So now I am moving over to emotional crisis-stage two which is, if no less self-centered, at least a bit more conventional. What does death do, but to remind us of our mortality? I am 41 years old. What have I done so far? What could have I have done, had I focused and used my time wisely? What percentage of my life have I squandered? I dream of being a writing a book. I dream of writing many books. How many books could I have published so far had I been writing instead of mindlessly surfing the internet? Or writing instead of working 12 hour days? How many years have I promised myself to stop working crazy hours? I look at old pictures. I question previous decisions. I remind myself of every opportunity I have squandered, in every area of my life. If I had just stuck to that diet, I would be thin now. That nice guy in ulpan—if I had ignored the fact that he had a girlfriend in Hungary, maybe I would be married now. I promise myself that this will change. Everything will change. Maybe not this week, of course, this week being my week to be in a funk. But next week, for sure. I remind myself just how long it has been since I threw a public temper tantrum. How long it has been since I quit smoking. How long it has been that I have friends. How long it has been that I am seen as normal. You see, Gila, you can change.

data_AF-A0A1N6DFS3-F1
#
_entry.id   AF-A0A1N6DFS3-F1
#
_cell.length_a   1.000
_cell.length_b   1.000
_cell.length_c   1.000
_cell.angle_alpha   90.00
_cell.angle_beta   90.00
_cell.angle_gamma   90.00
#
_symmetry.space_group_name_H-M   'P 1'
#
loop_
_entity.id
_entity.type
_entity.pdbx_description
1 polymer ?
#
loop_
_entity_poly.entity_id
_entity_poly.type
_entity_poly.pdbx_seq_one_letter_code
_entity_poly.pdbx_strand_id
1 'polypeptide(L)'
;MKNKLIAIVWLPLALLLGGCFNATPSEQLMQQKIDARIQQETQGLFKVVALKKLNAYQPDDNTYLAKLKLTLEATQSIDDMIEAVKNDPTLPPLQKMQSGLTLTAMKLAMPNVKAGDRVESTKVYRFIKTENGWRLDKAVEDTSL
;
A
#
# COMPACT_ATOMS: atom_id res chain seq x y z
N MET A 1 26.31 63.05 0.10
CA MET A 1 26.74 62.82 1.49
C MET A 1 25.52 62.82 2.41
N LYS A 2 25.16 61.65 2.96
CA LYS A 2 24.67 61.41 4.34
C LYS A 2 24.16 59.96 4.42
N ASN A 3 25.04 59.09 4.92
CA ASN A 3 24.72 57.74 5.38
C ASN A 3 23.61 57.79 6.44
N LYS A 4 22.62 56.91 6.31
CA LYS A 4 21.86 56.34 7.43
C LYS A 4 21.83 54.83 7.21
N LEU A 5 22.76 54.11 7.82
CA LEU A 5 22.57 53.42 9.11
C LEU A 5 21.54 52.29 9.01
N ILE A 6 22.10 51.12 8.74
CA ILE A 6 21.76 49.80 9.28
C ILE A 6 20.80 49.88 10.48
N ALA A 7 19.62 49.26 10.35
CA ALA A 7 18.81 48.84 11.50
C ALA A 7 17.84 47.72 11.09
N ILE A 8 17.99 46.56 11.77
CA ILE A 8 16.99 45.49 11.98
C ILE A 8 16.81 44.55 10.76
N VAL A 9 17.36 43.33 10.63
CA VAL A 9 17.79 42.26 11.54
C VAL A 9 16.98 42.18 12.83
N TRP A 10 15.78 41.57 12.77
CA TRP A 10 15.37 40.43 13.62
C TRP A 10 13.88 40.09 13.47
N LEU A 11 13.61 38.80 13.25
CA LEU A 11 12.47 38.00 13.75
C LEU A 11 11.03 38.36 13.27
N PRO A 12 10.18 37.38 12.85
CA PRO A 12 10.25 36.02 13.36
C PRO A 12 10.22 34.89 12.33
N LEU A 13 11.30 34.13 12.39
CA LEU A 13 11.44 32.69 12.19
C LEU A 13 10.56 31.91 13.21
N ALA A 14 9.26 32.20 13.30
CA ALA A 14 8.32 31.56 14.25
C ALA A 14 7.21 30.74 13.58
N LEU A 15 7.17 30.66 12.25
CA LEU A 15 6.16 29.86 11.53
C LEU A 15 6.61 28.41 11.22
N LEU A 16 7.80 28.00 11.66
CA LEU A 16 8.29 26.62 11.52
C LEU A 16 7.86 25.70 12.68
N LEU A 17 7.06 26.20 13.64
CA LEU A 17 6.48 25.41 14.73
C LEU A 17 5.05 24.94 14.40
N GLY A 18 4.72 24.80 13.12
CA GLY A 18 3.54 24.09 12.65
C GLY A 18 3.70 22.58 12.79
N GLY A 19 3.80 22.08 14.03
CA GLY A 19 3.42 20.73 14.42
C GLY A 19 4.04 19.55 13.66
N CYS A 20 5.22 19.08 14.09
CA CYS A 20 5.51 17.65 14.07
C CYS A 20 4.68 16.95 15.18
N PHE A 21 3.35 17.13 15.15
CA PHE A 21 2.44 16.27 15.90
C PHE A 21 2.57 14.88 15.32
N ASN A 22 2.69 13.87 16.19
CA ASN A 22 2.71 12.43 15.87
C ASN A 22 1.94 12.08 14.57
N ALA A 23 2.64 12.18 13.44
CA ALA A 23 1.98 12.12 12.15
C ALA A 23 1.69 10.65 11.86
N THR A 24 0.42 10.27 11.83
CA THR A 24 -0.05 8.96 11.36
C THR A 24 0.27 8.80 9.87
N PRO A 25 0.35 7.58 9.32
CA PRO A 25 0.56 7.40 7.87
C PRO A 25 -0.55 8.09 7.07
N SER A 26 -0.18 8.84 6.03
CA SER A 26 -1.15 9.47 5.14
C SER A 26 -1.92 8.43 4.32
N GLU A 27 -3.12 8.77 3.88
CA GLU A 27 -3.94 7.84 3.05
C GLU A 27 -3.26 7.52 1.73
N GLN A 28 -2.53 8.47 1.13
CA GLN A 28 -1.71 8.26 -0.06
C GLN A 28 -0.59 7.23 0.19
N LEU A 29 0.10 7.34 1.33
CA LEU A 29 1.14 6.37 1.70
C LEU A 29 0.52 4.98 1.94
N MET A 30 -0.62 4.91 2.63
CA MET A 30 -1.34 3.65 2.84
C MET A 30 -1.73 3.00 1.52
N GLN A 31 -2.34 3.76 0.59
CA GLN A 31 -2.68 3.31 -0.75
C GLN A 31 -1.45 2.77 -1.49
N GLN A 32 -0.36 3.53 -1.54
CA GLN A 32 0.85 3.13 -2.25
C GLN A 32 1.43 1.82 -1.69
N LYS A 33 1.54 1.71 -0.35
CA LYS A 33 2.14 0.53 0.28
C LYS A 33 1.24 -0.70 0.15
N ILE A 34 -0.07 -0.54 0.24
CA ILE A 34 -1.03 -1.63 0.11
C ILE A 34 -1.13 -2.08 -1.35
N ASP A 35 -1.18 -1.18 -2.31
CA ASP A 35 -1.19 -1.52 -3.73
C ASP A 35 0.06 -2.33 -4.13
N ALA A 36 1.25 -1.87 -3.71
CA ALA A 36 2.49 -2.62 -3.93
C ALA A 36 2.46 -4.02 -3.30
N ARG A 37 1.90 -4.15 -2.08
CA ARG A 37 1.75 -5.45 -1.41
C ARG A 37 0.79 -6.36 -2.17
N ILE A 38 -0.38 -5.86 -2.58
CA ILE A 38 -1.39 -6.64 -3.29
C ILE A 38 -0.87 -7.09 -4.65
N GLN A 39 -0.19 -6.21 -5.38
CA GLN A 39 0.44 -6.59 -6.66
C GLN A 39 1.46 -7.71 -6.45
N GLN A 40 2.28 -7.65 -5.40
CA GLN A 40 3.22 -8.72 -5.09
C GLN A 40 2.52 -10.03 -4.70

The worst part? This will pass. As much as I am panicked now—ohmyGodlifeisshortandIhavenotdonewhatIwanttodosoImuststarttoday—the panic will pass. I will go back to my regularly scheduled procrastination. I will go back to my weekly passes over my 10 year plan, in which I journal my progress, noting little to no progress but somehow always justifying it. I will go back to my excuses. I will still tear up if I look at Angela’s Facebook page, but the urgency will have faded to a ghost. That scares me more than anything. Yes, you can change, but only if you do so in time. Eventually, you run out of time and you run out of chances. If I do not have the feeling of urgency to drive me, what will?
But before it passes, and while I still feel it, Angela, thank you for being a friend. I will miss you. The world is a better place for your having been here and a poorer place in your absence.